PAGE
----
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How will the Bruins replace David Krejci?

Boston Bruins David Krejci

BOSTON, MA - MAY 1: Charlie Coyle #13, David Krejci #46, Craig Smith #12 and Taylor Hall #71 of the Boston Bruins celebrate the third period goal against the Buffalo Sabres at the TD Garden on May 1, 2021 in Boston, Massachusetts. (Photo by Steve Babineau/NHLI via Getty Images)

NHLI via Getty Images

The Boston Bruins do not have many holes on their roster this season, but there is one significant question mark that might have to be addressed if they are going to make another serious run at a Stanley Cup this season.

Just what exactly are they going to do to replace David Krejci in the middle of their second line?

For the past 15 years Krejci has been a staple in the Bruins’ lineup and one of the most valuable (and underrated) players on the roster. Smart, skilled, productive, and a rock-solid all-around player that has been a vital cog on a team that has made three Stanley Cup Finals and won one of them, while also being one of the most productive postseason performers in franchise history.

Instead of re-signing with the Bruins this offseason Krejci instead opted to return home to the Czech Republic (where he is dominating so far).

That leaves the Bruins with a question mark on the second line between wingers Taylor Hall and Craig Smith, and could cause havoc with their depth. The one Achilles heel for the Bruins over the past couple of years has been their secondary scoring depth beyond the top line of Patrice Bergeron, David Pastrnak, and Brad Marchand. While that line has dominated the NHL, the team has struggled to outscore their opponents when that trio is sitting on the bench.

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Krejci has been a rock centering their second line, but he has not always had talented wingers around him to help make that line a truly dominant scoring line that would strike fear into opponents. With the additions of Hall and Smith over the past year, they finally had that.

Following the acquisition of Hall, that trio absolutely dominated the stretch run of the regular season outscoring teams by a 13-1 margin during 5-on-5 play and controlling the pace of the game by every objective possession metric. It was, quite frankly, one of the best lines in the league after it was assembled. The prospect of it over a full season would have made the Bruins a very formidable contender. And to be fair, they still almost certainly are a formidable contender. Just one that has a significant question mark to open the season.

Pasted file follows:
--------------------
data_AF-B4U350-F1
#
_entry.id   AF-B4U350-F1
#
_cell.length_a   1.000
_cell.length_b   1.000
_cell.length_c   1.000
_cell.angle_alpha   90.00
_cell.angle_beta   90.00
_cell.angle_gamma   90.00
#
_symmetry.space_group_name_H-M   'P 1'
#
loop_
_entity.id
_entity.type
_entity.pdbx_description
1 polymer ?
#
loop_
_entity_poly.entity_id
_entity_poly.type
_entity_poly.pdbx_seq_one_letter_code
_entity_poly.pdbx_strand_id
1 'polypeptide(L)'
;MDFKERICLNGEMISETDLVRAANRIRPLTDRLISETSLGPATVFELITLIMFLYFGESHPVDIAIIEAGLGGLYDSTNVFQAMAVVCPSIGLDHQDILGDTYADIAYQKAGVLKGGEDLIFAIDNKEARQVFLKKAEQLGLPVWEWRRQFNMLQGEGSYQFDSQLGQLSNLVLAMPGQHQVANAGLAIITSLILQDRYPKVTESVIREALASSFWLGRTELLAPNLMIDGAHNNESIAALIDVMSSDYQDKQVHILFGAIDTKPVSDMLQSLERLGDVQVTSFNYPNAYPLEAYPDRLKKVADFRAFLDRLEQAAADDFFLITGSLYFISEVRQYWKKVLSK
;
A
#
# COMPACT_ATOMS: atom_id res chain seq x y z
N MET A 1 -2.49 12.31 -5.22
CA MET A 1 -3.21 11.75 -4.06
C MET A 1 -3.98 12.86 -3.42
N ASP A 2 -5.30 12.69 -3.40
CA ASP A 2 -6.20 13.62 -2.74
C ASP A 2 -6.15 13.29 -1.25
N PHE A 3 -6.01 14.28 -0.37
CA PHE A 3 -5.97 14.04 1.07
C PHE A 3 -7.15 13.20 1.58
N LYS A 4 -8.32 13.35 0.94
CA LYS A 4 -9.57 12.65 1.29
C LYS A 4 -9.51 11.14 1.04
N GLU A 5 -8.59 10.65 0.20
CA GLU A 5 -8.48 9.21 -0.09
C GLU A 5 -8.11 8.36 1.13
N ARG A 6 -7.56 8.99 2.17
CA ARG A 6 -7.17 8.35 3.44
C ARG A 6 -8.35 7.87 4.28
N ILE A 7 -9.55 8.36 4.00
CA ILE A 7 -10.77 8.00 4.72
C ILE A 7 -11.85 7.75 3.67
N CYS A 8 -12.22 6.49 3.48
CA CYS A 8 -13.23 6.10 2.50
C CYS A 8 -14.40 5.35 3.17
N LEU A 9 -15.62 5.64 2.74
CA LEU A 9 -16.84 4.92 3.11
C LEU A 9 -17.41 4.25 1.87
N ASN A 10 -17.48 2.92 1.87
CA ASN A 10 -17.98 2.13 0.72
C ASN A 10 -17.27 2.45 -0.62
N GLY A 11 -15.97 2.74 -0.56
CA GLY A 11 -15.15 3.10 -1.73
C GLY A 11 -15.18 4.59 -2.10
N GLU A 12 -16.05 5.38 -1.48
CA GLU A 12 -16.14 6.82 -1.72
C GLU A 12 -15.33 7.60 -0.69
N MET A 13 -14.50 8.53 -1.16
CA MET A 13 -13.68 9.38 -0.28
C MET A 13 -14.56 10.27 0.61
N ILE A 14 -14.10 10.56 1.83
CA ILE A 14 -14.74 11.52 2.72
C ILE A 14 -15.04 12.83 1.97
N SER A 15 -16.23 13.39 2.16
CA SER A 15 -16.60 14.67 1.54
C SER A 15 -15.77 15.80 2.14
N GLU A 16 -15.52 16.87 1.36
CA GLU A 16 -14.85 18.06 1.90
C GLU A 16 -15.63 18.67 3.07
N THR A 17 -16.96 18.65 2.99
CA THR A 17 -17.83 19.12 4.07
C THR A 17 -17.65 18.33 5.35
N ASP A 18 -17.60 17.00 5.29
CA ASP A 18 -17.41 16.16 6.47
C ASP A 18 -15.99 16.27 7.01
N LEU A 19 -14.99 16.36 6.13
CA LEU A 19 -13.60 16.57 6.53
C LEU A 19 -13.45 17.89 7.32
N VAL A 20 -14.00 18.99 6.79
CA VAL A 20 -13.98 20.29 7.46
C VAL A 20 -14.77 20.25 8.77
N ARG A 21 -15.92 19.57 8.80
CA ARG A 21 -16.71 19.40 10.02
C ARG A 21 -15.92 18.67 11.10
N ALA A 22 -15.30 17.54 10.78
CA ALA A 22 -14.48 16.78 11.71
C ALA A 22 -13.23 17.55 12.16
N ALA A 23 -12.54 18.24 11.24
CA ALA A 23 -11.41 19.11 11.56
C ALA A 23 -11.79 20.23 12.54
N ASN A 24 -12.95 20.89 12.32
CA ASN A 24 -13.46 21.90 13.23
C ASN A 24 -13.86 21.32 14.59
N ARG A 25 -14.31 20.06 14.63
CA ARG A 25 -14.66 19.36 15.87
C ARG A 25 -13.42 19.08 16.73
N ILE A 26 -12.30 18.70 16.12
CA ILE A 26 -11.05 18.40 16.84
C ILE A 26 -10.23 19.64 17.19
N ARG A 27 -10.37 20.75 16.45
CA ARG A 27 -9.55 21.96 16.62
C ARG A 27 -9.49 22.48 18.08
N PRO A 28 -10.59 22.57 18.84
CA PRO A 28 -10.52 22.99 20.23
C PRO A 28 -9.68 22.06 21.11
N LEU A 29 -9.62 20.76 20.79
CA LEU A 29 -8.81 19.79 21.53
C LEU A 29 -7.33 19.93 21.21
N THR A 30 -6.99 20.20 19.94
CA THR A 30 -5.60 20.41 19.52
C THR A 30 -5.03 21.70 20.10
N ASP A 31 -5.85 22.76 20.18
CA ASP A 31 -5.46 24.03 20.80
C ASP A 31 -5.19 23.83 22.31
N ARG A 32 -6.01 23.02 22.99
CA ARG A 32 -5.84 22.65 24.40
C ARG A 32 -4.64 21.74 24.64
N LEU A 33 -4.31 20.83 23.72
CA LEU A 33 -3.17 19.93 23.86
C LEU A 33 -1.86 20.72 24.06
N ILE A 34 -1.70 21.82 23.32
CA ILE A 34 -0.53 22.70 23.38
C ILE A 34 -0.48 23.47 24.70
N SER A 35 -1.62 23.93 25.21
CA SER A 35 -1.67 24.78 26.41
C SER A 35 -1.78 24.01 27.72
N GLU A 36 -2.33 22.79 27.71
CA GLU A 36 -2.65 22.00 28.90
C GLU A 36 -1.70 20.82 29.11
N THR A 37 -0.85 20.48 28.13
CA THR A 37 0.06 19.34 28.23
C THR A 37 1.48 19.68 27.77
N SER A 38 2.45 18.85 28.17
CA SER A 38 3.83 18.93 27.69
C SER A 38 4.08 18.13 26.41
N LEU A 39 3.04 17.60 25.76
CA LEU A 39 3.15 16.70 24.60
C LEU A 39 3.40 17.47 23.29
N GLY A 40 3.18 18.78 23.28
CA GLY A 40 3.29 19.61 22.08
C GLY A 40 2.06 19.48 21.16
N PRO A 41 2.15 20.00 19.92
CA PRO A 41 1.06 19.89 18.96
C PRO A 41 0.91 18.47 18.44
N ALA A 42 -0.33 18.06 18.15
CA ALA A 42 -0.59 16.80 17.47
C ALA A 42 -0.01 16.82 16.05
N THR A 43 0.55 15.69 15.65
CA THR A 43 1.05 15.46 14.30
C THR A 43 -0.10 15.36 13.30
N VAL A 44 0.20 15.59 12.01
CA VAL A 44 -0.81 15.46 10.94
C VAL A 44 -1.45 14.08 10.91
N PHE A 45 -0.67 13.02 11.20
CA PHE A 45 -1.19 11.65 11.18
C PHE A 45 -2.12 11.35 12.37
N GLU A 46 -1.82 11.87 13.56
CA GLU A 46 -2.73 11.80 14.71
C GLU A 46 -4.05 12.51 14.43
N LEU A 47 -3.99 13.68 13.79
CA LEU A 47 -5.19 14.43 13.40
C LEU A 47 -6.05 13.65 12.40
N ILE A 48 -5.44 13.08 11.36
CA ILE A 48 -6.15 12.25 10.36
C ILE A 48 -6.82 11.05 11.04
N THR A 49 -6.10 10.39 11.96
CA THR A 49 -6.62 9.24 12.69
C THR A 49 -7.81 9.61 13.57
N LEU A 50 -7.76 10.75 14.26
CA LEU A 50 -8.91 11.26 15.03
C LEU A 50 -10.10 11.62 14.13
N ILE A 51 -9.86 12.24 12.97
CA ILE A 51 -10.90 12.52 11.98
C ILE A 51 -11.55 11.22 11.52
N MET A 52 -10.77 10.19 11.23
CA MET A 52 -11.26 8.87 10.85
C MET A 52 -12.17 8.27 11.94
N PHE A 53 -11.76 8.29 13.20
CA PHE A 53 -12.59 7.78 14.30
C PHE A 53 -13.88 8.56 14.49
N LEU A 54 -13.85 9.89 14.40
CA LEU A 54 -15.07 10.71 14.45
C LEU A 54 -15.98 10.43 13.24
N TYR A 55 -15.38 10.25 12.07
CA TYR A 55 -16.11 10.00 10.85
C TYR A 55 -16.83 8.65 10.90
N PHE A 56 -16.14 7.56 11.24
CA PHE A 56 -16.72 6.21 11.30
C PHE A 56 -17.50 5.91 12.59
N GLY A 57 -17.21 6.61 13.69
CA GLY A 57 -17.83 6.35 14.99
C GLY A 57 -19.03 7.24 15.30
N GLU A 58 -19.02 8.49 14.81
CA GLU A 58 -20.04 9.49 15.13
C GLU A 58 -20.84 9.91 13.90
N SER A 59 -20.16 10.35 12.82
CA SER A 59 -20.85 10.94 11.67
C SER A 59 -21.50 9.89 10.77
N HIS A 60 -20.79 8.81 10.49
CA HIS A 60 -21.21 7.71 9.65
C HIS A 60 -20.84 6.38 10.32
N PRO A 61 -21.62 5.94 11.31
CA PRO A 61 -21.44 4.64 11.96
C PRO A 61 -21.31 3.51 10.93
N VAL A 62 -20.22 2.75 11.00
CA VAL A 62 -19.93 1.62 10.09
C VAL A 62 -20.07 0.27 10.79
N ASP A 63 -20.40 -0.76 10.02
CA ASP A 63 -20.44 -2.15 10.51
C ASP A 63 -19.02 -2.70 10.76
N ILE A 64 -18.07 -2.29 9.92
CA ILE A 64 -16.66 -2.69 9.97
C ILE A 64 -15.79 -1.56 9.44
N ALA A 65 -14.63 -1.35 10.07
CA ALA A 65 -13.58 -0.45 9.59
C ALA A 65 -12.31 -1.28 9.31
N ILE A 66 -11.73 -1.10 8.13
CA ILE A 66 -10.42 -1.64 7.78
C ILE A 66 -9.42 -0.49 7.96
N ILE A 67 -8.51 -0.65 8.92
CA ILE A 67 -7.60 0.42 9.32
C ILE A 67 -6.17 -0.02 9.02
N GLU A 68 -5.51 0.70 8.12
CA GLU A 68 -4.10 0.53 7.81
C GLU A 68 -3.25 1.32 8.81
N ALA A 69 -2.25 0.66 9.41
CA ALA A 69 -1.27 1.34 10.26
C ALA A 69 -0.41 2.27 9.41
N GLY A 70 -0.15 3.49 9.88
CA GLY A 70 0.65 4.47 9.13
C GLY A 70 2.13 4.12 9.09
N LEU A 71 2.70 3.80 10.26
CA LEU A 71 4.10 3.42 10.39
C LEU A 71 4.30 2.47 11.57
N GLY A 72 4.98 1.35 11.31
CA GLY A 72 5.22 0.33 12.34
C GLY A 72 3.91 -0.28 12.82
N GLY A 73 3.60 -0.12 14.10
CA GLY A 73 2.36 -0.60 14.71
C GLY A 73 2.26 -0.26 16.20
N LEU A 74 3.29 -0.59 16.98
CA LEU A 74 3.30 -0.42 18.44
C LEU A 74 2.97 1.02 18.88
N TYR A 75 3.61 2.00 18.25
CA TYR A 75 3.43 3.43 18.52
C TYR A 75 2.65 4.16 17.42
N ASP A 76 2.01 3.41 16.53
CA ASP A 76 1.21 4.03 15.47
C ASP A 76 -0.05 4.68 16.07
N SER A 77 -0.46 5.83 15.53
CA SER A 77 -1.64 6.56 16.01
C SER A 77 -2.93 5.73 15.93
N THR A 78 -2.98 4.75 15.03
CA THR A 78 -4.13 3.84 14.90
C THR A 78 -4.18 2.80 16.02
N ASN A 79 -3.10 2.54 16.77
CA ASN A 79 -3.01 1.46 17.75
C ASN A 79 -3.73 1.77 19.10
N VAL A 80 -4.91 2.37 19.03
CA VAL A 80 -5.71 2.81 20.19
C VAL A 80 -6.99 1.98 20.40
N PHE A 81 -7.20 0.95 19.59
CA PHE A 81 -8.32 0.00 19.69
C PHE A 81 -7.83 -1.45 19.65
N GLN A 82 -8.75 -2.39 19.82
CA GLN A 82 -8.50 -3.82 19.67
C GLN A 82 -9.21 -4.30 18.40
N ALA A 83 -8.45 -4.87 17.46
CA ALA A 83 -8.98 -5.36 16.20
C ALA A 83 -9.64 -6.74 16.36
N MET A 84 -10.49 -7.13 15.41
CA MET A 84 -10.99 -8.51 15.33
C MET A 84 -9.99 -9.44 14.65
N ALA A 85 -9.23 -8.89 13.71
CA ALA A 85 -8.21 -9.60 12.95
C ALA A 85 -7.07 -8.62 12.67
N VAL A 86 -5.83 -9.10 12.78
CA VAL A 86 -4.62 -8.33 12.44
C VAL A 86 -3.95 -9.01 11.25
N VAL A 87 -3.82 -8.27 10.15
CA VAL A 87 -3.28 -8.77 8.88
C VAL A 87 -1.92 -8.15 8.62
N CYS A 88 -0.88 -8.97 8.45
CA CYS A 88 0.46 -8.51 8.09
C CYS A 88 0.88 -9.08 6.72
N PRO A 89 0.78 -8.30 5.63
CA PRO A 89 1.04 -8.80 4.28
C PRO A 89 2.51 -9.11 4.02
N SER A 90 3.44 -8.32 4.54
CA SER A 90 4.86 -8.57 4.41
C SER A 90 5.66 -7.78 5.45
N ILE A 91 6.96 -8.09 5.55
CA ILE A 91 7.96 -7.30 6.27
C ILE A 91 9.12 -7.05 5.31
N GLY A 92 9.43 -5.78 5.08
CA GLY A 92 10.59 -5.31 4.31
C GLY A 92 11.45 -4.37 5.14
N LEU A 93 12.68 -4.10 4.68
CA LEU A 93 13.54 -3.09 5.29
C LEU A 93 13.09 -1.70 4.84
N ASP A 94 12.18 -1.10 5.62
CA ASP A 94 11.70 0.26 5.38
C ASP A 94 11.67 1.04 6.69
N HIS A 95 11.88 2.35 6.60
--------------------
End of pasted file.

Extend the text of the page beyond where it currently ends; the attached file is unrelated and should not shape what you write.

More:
The hilarious thing about the situation in, depending on your sense of humor I guess, is that after about 10 years of not always surrounding him with consistent wingers, the Bruins finally found two that could fully complement him and his skill and it just so happens to come at a time when Krejci is ready to move on. They went from having the center and no wingers to having the wingers and no center.

So what are the options?

Internally, Charlie Coyle figures to get first crack at that spot and is the most logical choice. While his production dipped a little during the 2020-21 season, he still has the ability to score enough to make an impact in that spot and he did play well alongside Smith in their time together last season. So there is at least a little bit of chemistry there. Still, they are going to need Coyle to be better than he was a year ago to help fill that void left by Krejci.

Erik Haula is another veteran option after joining the team this offseason on a two-year, $4.75 million contract. While he has not fully duplicated his breakout performance in Vegas during the 2017-18 season (injuries played a role in that regression) he has at least bounced back to being a 15-goal per 82 games player. He still might be better suited for third-line duty than being relied on for a second-line role.

[Related: David Krejci leaving Bruins to return to Czech Republic]

The wild card option might be Jack Studnicka, one of the Bruins’ top prospects. He has almost no NHL track record to speak of at this point, but has produced at the AHL level and played some of his best hockey with the Bruins when he was moved back to his natural position of center. He is the most unknown of the options at this point, but he might have the highest upside for that spot given his age and potential.

The remaining option, of course, is a trade. But that creates another set of problems given the salary cap (they are short on space and still have the Tuukka Rask situation looming) and a thin farm system to deal from.

Having two outstanding wingers like Hall and Smith to help carry that line should help soften the blow of losing Krejci, but finding a center that can complement them and help drive that line is going to be a necessity for the Bruins to be the team they are capable of being. The best case scenario is that Coyle or Studnicka emerge as that player.

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